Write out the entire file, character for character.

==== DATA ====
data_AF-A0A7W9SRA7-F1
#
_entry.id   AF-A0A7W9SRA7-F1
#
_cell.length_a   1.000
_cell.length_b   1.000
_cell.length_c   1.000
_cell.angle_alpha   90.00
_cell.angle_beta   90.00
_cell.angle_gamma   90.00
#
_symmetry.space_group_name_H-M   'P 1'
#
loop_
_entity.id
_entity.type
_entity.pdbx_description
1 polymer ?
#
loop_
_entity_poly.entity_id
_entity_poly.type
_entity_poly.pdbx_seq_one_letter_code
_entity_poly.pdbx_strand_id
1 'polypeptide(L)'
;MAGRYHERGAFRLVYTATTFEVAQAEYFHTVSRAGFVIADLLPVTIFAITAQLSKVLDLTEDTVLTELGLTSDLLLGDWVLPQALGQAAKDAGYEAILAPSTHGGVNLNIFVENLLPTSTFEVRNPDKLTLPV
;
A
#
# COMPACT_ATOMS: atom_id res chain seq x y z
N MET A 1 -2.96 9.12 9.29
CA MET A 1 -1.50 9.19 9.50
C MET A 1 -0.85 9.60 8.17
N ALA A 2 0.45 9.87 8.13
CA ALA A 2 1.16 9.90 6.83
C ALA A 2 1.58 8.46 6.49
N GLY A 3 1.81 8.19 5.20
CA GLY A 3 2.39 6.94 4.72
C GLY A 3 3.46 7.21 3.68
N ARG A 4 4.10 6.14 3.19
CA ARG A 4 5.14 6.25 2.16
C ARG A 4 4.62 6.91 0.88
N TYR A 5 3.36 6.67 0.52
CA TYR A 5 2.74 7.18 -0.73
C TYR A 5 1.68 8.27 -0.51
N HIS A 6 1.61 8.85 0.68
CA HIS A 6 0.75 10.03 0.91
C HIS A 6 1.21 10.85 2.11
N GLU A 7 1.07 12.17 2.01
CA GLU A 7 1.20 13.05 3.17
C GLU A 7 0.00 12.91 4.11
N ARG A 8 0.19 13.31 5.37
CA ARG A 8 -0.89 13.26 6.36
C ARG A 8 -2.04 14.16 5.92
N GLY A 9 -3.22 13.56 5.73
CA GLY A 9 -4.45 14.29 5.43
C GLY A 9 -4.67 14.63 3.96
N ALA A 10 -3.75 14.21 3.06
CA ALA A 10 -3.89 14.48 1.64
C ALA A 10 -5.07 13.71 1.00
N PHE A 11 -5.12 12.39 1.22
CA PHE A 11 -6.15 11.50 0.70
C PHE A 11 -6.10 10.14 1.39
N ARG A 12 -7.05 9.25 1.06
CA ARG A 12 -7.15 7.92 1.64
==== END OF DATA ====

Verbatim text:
data_AF-A0A7W9SRA7-F1
#
_entry.id   AF-A0A7W9SRA7-F1
#
_cell.length_a   1.000
_cell.length_b   1.000
_cell.length_c   1.000
_cell.angle_alpha   90.00
_cell.angle_beta   90.00
_cell.angle_gamma   90.00
#
_symmetry.space_group_name_H-M   'P 1'
#
loop_
_entity.id
_entity.type
_entity.pdbx_description
1 polymer ?
#
loop_
_entity_poly.entity_id
_entity_poly.type
_entity_poly.pdbx_seq_one_letter_code
_entity_poly.pdbx_strand_id
1 'polypeptide(L)'
;MAGRYHERGAFRLVYTATTFEVAQAEYFHTVSRAGFVIADLLPVTIFAITAQLSKVLDLTEDTVLTELGLTSDLLLGDWVLPQALGQAAKDAGYEAILAPSTHGGVNLNIFVENLLPTSTFEVRNPDKLTLPV
;
A
#
# COMPACT_ATOMS: atom_id res chain seq x y z
N MET A 1 -2.96 9.12 9.29
CA MET A 1 -1.50 9.19 9.50
C MET A 1 -0.85 9.60 8.17
N ALA A 2 0.45 9.87 8.13
CA ALA A 2 1.16 9.90 6.83
C ALA A 2 1.58 8.46 6.49
N GLY A 3 1.81 8.19 5.20
CA GLY A 3 2.39 6.94 4.72
C GLY A 3 3.46 7.21 3.68
N ARG A 4 4.10 6.14 3.19
CA ARG A 4 5.14 6.25 2.16
C ARG A 4 4.62 6.91 0.88
N TYR A 5 3.36 6.67 0.52
CA TYR A 5 2.74 7.18 -0.73
C TYR A 5 1.68 8.27 -0.51
N HIS A 6 1.61 8.85 0.68
CA HIS A 6 0.75 10.03 0.91
C HIS A 6 1.21 10.85 2.11
N GLU A 7 1.07 12.17 2.01
CA GLU A 7 1.20 13.05 3.17
C GLU A 7 0.00 12.91 4.11
N ARG A 8 0.19 13.31 5.37
CA ARG A 8 -0.89 13.26 6.36
C ARG A 8 -2.04 14.16 5.92
N GLY A 9 -3.22 13.56 5.73
CA GLY A 9 -4.45 14.29 5.43
C GLY A 9 -4.67 14.63 3.96
N ALA A 10 -3.75 14.21 3.06
CA ALA A 10 -3.89 14.48 1.64
C ALA A 10 -5.07 13.71 1.00
N PHE A 11 -5.12 12.39 1.22
CA PHE A 11 -6.15 11.50 0.70
C PHE A 11 -6.10 10.14 1.39
N ARG A 12 -7.05 9.25 1.06
CA ARG A 12 -7.15 7.92 1.64